FIELD OF THE INVENTION
- BACKGROUND OF THE INVENTION
The invention relates to intravenous (IV) stands, and more specifically to wheeled IV stands.
Wheeled IV stands are widely used to hang IV bags or bottles at a level to allow gravity assisted flow to a patient or to an intermediate device such as an IV pump. Examples of wheeled IV stands are described in U.S. Pat. No. 4,832,294 to Eidem and entitled Portable I.V. Stand, U.S. Pat. No. 5,458,305 to Woodward and entitled Portable Intravenous Support Stand and U.S. Pat. No. 5,772,162 to Lin and entitled Drop-Bottle Stand. And examples of foldable wheeled IV stands are described in U.S. Pat. No. 4,744,536 to Bancalari and entitled Collapsable Pole and Stand Combination and U.S. Pat. No. 4,892,279 to Lafferty et al. and entitled Fully Portable Medical I.V. Equipment Stand/Pole.
Wheeled stands have evolved to include support brackets for ambulatory patients or mounting brackets to support additional equipment such as oxygen bottles. U.S. Pat. No. 4,332,378 to Pryor, et al. and entitled Ambulatory Patient Support Stand, describes a wheeled IV stand with a horizontal patient gripping element when the stand is used as a walker. The gripping element is mounted low on the vertical support of the IV stand and the stand has a low center of gravity. These aspects are stated to improve stability. U.S. Pat. No. 5,337,992 to Pryor et al. and entitled Support Device for Ambulatory Patient describes a support for an ambulatory patient that mounts on a vertical pole of a wheeled IV stand. U.S. Pat. No. 5,551,105 to Short and entitled Apparatus Combining Overbed Table, IV Stand, Walker, and Seat and U.S. Pat. No. 5,704,577 to Gordon and entitled Walker-IV Stand Coupler describe apparatus combining an IV stand and walker. These apparatus, however, require a substantial amount of space.
U.S. Pat. No. 5,890,687 to Pryor et al. and entitled Foldable Wheeled Stand describes a foldable wheeled stand with a support handle to allow ambulatory patients to use the stand both for transport of necessary medical equipment including, IV fluid containers, and for ambulatory support. The stand is collapsible from an upright orientation in which all wheels are floor-engaging to a folded orientation in which the wheels lie closely alongside the support pole.
- SUMMARY OF THE INVENTION
While the above features add functionality to IV stands, there remains a need to improve IV stands for use in different modalities.
In one embodiment according to the invention, an adjustable IV stand has an adjustable support, which can be adjusted from a first compact configuration to a second expanded configuration that provides increased stability and a stand suitable for use as a support to assist an ambulatory patient with walking.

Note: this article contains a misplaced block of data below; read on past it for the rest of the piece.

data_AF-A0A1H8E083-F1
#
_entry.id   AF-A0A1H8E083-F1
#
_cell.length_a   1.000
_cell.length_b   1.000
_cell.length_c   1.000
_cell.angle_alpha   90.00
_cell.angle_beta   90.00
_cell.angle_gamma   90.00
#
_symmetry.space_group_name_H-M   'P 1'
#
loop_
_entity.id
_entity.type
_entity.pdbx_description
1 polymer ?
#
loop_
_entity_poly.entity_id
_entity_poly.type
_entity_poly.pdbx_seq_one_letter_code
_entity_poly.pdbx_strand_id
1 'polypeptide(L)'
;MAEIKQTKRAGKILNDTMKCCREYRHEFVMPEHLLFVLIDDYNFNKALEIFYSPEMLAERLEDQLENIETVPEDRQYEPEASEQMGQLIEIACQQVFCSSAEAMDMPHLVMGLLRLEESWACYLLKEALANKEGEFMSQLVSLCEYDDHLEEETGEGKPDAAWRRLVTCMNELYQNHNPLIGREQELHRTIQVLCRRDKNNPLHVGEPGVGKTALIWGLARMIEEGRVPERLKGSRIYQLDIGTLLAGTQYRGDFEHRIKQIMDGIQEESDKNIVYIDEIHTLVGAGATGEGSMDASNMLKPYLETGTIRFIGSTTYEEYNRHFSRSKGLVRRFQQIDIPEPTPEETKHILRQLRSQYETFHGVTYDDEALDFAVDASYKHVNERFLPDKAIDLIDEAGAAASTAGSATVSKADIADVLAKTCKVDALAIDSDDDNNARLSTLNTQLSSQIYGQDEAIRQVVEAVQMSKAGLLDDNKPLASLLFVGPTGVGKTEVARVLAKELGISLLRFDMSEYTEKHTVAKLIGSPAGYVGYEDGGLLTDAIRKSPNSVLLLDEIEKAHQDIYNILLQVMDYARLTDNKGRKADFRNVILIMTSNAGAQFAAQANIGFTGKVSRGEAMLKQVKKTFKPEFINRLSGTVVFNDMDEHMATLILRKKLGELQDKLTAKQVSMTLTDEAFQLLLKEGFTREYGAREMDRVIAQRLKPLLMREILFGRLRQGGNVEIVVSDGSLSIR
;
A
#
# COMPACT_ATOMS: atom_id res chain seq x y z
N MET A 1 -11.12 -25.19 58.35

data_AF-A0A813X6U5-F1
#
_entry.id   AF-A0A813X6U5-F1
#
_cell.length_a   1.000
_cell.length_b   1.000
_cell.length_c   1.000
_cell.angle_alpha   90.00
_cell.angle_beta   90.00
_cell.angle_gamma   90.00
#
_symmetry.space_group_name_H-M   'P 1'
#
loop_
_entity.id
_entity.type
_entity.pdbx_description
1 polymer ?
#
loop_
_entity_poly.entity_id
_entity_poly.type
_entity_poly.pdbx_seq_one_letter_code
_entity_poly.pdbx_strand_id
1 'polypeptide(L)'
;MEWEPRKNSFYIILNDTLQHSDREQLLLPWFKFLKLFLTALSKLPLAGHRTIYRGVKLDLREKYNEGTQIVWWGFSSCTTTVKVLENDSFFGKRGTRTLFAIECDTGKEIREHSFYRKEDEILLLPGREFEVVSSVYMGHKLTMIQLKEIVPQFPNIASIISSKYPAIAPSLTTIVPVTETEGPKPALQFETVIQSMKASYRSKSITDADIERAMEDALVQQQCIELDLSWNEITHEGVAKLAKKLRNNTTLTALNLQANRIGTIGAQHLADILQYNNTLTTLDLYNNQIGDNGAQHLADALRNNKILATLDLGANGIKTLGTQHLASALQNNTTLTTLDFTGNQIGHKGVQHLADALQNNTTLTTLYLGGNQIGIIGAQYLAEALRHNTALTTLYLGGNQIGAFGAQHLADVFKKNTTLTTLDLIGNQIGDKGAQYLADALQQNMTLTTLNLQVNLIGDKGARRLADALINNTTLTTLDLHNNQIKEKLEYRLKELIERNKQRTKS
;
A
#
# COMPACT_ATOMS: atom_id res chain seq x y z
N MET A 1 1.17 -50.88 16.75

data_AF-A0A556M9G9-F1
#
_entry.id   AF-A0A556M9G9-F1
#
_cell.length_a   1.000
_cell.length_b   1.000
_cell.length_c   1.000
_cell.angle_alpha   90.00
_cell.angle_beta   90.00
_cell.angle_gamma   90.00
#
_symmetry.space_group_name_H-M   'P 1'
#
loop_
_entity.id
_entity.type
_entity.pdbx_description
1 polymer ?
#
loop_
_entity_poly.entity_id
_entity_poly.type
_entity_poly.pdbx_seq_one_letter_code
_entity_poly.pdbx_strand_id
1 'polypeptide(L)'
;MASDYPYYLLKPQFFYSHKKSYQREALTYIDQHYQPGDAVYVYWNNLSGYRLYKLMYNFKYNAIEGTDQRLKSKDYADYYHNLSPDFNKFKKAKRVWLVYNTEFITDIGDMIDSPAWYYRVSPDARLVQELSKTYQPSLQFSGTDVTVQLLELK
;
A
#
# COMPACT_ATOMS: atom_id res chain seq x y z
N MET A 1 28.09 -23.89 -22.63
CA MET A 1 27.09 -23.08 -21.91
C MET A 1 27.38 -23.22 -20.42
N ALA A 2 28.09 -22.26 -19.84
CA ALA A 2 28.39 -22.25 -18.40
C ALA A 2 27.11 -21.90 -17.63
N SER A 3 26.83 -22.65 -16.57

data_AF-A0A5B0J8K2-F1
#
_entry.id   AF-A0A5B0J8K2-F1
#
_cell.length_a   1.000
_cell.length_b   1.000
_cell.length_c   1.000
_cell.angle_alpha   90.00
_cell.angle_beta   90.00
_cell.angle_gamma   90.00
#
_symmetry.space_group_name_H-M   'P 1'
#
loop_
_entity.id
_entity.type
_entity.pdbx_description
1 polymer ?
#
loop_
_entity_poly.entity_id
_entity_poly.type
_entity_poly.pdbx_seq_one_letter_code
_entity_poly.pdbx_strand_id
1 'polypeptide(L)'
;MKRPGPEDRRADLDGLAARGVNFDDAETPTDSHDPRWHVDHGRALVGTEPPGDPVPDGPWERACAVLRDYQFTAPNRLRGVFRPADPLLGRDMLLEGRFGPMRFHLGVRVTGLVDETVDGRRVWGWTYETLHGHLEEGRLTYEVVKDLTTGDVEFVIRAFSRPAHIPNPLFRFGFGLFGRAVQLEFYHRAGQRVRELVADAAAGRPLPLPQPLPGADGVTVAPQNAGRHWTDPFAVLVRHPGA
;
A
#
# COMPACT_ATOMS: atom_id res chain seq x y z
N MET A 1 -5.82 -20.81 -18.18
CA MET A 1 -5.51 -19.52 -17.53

In another embodiment according to the invention, an adjustable IV stand has an adjustable wheelbase, which can be expanded to provide increased stability and a stand suitable for use as a support to assist an ambulatory patient with walking.
In another embodiment according to the invention, an adjustable IV stand comprises a base member having a plurality of rotating wheels non-pivotally coupled thereto; a support pole for supporting an IV fluid container, the support pole having an upper end and a lower end, the lower end being coupled to and supported by the base member; and at least three swiveling wheels pivotally coupled to at least one of the support pole and the base member for adjustment between a raised position and a lowered position relative to the base member.
In another embodiment according to the invention, an adjustable IV stand comprises a base member having a plurality of wheels rotatably mounted thereto; a support pole for supporting an IV fluid container, the support pole having an upper end and a lower end, the lower end being coupled to and supported by the base member; an IV container support coupled to the pole for supporting at least one IV container; and a plurality of legs pivotally coupled to at least one of the support pole and the base member for adjustment between a raised position and a lowered position relative to the base member, each adjustable leg having a wheel rotatably coupled thereto.
In another embodiment according to the invention, a method of using an IV stand comprises adjusting an IV stand, which has a base member with a first group of wheels that are coupled to the base member and a second group of wheels that are adjustable in position, from a first configuration where the IV stand is self-supported on a floor in an upright position through the first group of wheels and the second group of wheels are in a raised, non-floor engaging position where they do not support the IV stand, to a second configuration where the second group of wheels are lowered to engage the floor and increase the IV stand support span in at least one direction; and using the IV stand, when in the second configuration and with an IV container supported thereby, as a support to assist an ambulatory patient with walking.
BRIEF DESCRIPTION OF THE DRAWINGS
The above is a brief description of some deficiencies in the prior art and advantages of the present invention. Other features, advantages, and embodiments of the invention will be apparent to those skilled in the art from the following description and accompanying drawings, wherein, for purposes of illustration only, specific forms of the invention are set forth in detail.